Curiosity…the best tool a cinematographer can have ?

CocoRosie - Child Bride

CocoRosie – Child Bride

Call it a new years resolution, but I’ve been thinking about trying to be more curious this year…actively curious…

Curiosity is a basic human emotion.  We are all seemingly and fundamentally curious as a species.  To try to understand when we don’t understand…

Curiosity is therefore a driver of both creativity and storytelling itself…To discover “what happens next” is one of the basic tenants of storytelling.  It’s what causes us to “lean into” a story….once we’re fed a little information, we all can make connections and assumptions about what may happen next.  And we need to know what happens next.  We also like to be surprised.

I think this is also why self directed multi linear narrative will never replace storytelling

Back in 2011 I made a new years resolution to actively take more risk with my work.

Curiosity seems to be the corollary of risk.

In the most literal sense I guess I can apply this to the technology and process of filmmaking.  I can be curious about cameras.  I can be curious about lenses.  I can be curious about lighting.  This is all the tech stuff.

I can also be curious about story. I can be curious about the story world itself…

So I’m aiming to make 2014 the year of the curious.  Yeah yeah I know it’s March already, but better late than never !

“It is a miracle that curiosity survives formal education.”

– Albert Einstein

Curiosity is a fundamental tool every cinematographer should have and nurture.

About johnbrawley

Director Of Photography striving to create compelling images
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10 Responses to Curiosity…the best tool a cinematographer can have ?

  1. Ron coker says:

    John, Well stated. Thanks for sharing your thoughts. I dig the quotation “It is a miracle that curiosity survives formal education” In my case, speaking as a person who had very little!

  2. Brett Harrison says:

    Curiosity marks so much about a person: they aren’t too cynical or jaded, they aren’t laboring under the belief they know it all, they have the capacity to adapt and improve, and are likely enthusiastic and hard working.

  3. Totally agree. We should never stop learning and we should always be curious find out more about what we do and how we can do it better or even differently. Even if it means taking a risk because no one else has done it yet or no one has worked out the methodology. Sometimes it works other times it doesn’t, but that’s how I believe we learn and evolve in our craft. Well said John. We should all be curious.

  4. Peter Gell says:

    It’s fine to be curious about the ‘tech stuff’ but if this is all you’re curious about then you’re not challenging yourself.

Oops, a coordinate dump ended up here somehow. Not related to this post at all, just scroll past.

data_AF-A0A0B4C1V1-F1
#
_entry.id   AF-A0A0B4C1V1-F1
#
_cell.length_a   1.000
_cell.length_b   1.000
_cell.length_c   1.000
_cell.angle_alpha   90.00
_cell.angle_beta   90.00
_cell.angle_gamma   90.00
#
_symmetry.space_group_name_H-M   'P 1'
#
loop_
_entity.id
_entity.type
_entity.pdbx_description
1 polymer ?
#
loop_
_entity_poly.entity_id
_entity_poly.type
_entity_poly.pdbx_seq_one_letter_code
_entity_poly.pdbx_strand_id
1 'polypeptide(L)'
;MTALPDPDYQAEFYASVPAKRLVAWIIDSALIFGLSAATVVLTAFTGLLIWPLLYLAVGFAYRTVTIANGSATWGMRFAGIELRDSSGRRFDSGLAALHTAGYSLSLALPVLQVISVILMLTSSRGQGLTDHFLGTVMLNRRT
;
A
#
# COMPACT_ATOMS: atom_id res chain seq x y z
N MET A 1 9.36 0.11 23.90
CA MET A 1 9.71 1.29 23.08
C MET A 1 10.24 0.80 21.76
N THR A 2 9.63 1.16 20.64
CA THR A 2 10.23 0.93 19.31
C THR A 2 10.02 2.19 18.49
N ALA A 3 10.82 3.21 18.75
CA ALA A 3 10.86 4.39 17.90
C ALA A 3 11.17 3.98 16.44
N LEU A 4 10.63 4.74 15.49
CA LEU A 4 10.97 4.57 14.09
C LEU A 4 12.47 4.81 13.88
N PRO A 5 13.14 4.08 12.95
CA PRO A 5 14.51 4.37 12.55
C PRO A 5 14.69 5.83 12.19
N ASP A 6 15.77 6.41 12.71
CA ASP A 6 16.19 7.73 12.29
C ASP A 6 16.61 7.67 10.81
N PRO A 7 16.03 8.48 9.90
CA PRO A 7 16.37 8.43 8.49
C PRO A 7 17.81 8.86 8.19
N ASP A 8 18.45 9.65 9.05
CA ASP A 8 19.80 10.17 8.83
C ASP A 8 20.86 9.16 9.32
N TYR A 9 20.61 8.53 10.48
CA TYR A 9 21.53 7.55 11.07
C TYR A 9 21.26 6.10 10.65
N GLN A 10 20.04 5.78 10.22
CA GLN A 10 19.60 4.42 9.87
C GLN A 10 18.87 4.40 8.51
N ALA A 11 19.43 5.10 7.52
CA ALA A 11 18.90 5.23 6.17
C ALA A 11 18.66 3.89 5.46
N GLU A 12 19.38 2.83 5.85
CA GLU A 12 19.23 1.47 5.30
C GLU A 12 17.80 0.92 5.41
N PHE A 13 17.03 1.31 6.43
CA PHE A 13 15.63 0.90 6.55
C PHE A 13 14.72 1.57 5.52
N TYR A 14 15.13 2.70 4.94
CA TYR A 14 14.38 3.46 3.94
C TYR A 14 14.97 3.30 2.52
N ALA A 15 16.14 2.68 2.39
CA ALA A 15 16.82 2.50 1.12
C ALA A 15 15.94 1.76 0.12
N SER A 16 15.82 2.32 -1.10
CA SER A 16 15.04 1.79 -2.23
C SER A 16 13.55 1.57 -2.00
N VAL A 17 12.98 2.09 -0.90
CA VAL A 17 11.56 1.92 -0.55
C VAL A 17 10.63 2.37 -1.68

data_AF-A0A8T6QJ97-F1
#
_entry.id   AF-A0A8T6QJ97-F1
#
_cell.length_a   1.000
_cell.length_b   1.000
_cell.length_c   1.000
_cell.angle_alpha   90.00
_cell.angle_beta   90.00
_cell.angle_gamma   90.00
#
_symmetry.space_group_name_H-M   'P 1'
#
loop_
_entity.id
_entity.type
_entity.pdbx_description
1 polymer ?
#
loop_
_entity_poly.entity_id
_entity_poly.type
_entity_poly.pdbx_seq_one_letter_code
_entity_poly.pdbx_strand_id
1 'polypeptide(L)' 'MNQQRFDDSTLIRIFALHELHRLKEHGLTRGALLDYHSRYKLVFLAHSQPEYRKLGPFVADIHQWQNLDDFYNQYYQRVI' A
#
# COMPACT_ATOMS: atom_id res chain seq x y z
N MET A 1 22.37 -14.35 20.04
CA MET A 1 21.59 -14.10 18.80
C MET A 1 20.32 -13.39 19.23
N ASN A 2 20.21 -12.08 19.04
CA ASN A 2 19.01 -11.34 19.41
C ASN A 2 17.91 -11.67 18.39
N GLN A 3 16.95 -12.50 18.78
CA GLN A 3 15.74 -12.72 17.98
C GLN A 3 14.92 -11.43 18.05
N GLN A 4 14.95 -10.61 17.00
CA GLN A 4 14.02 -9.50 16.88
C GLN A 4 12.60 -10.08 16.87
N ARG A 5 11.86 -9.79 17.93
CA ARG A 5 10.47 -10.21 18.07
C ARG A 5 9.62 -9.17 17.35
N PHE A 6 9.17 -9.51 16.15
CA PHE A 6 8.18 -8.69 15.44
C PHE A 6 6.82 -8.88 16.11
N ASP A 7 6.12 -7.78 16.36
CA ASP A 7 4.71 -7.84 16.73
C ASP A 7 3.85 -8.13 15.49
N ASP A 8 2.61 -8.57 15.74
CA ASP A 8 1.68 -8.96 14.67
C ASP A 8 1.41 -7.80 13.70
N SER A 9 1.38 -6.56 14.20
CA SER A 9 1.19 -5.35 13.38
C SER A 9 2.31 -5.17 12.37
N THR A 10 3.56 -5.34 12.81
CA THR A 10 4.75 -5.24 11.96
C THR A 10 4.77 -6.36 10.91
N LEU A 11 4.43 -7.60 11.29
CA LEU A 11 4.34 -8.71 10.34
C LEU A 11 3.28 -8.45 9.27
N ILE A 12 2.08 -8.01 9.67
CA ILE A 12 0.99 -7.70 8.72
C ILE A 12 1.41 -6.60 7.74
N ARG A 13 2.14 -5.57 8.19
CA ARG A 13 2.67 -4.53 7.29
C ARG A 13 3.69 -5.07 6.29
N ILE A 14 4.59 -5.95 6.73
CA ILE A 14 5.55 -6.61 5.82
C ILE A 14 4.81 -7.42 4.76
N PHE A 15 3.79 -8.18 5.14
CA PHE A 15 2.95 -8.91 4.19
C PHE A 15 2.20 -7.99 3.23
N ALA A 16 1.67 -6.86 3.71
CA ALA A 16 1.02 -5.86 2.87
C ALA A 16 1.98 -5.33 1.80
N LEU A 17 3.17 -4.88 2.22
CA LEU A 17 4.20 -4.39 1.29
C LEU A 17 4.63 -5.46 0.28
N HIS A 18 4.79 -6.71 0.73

5. Howard Davidson says:

    No need to be risky. Just being creative is risky. And being continually creative is risky and difficult. Just do what you do, but better each time.

  6. Vorn Hancock says:

    I came across your great article via Wolfcrow on Facebook. As well as a huge interest in film I am also an Improvisor of many years standing. One of my favourite ‘rules’ is ‘We suck and we love to fail’. Each time we fail on stage infront of friends or an audience of strangers we learn something. It’s a helluva rush but a great way to learn and it always embraces risk.

  7. I love this. I know that some people have creative visions in their head that they are just working to realize, but for me the creative process is about being curious – because I often don’t know what’s next in my own projects! Most of the time, I’m jut as curious as everyone to find out what’s next, because stories have kind of a life of their own.

    As for this resolution being late in the year – you can call it a fiscal new year’s resolution!

    Now I’M curious: Do you have any specific goals for how you’re going to be more curious? Is it just a general attitude adjustment or are you going to pursue certain things to achieve understanding?

  8. Cris Rogers says:

    Movie-goers see the on screen cinematic results, but most have little or no idea of how big the behind the lens army really is or what these other lesser known movie makers do.

    Some people have curiosity inside their blood.They are curious about each and every thing in the world around us. Same is the case with cinematographers.They are the most creative people with the maximum level of risk in their profession.

  9. Simon says:

    Until 3 years ago nobody heard of John Brawley. In fact we only got to know who John Brawley is not from his films or TV shows but because of his association/friendship with people who works at Blackmagic Design who were releasing a camera that got the filmmaking community interested. Just so happen John Brawley was the man who got to test their cameras and became a spokeperson for a product under development. Otherwise nobody knows who Mr Brawley is unless you believe someone who graduated from film school in 2007 and work as a DP for a low budget Aussie soap nobody heard of deserve international recognition. I’m sure Mr Brawley got some awards for his endeavour but it is not likely to be anything you would take notice of.
    Filmmakers with real reputation are feted around the world and constantly travelling to different countries working. I would invite Mr Brawley to come out of the small enclave of Australia and come and work in the real world in places such as LA, London, Paris, HK, Tokyo, etc and see how far he get

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